Michael Barone writes: What influence does a front-page editorial in The New York Times have on public opinion? A strong negative influence, judging from the only two examples from the last 95 years. The Times famously ran a front-page editorial Dec. 4 calling for drastic gun control measures, including confiscation of weapons. The response: No. The latest CBS/New York Times poll reports that 50 percent oppose “a nationwide ban on assault weapons,” while only 44 percent support it.
That’s a sharp reversal of trend: In January 2011, 63 percent supported the ban on “assault weapons” — a vague term that invites agreement, even though any gun, even a toy pistol, can be used to assault someone (consult your law dictionary) and the 1990s legislation banning “assault weapons” distinguished them from other guns by purely cosmetic criteria.
The Times’ second-most recent front-page editorial, published in June 1920, had a similar effect. It criticized the Republican National Conventions‘ nomination of Warren G. Harding as that of “a candidate whose nomination will be received with astonishment and dismay by the party whose suffrages he invites.” Voters took a different view that fall….(read more)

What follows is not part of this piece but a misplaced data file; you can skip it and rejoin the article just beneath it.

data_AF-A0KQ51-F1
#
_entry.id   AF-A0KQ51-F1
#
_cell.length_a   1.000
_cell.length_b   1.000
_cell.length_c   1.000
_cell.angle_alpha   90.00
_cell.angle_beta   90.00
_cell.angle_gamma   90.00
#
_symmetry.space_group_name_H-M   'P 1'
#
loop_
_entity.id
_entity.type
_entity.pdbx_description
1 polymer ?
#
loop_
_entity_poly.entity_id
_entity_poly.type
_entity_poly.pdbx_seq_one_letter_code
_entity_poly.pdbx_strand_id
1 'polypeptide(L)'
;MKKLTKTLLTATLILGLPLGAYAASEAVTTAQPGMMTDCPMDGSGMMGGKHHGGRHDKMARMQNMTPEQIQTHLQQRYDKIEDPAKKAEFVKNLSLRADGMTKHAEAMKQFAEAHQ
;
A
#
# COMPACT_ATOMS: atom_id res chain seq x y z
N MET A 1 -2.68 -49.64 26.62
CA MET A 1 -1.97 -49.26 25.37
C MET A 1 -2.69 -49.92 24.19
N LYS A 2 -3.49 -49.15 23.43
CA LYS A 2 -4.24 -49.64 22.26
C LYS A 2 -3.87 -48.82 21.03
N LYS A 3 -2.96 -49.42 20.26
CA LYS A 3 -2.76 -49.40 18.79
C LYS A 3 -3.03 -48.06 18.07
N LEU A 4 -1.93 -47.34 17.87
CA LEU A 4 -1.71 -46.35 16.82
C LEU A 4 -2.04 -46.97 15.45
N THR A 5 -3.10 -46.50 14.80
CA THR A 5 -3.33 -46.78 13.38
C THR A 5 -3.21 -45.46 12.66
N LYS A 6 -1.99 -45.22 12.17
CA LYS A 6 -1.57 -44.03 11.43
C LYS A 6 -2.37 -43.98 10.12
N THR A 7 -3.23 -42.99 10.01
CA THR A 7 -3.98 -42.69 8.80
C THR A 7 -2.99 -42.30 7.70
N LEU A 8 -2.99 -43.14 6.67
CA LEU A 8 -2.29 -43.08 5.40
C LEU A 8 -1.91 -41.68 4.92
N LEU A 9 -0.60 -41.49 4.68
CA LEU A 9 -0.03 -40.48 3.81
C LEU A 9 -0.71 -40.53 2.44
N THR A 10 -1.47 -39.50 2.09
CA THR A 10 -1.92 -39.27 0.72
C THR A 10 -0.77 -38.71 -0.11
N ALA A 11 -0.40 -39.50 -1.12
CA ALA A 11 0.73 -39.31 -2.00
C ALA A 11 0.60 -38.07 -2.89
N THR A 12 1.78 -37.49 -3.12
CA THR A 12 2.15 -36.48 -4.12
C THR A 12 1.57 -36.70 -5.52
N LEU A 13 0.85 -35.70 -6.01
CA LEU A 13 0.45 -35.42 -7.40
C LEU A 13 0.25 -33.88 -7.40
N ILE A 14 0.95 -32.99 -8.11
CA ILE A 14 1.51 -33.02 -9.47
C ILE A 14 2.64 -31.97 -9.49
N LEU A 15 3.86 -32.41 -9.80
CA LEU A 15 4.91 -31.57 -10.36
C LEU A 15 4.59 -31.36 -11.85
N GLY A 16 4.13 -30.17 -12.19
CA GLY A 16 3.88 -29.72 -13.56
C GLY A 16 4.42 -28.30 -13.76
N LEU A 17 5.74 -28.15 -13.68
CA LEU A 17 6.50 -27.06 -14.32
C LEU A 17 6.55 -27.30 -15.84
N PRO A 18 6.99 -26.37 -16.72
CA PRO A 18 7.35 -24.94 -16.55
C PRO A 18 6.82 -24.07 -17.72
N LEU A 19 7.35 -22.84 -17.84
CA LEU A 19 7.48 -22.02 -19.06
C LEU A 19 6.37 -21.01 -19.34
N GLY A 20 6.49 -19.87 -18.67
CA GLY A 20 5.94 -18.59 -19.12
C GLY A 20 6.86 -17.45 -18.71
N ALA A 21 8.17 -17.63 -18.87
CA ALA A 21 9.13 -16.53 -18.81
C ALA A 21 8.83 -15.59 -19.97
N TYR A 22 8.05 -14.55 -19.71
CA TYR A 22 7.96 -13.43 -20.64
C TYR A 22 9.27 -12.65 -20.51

Source: Washington Examiner
“As a result of Friday’s ruling, PennLive/The Patriot-News will no longer accept, nor will it print, op-Eds and letters to the editor in opposition to same-sex marriage,” they declared.
After receiving strong pushback, the newspaper’s editorial board, which is overseen by Editorial Page Editor John Micek, quickly revised its policy. Freedom of speech will be allowed — but only for a “limited” period of time. Read the rest of this entry »
“As for the columnists, Friedman is the worst. He hasn’t had an original thought in 20 years; he’s an embarrassment. He’s perceived as an idiot who has been wrong about every major issue for 20 years…”
It’s not an ideological dispute, the Observer says, but rather the sense that the paper’s editorials and columns are boring, ineffectual, poorly written and poorly read. The story was based on interviews with more than two dozen current and former Times staffers, mostly on condition of anonymity out of fear of editorial page editor Andrew Rosenthal.
Rosenthal was described as a petty tyrant, and lazy in his supervision of an opinion staff that is widely seen outside the newsroom as the voice of the Left-wing establishment.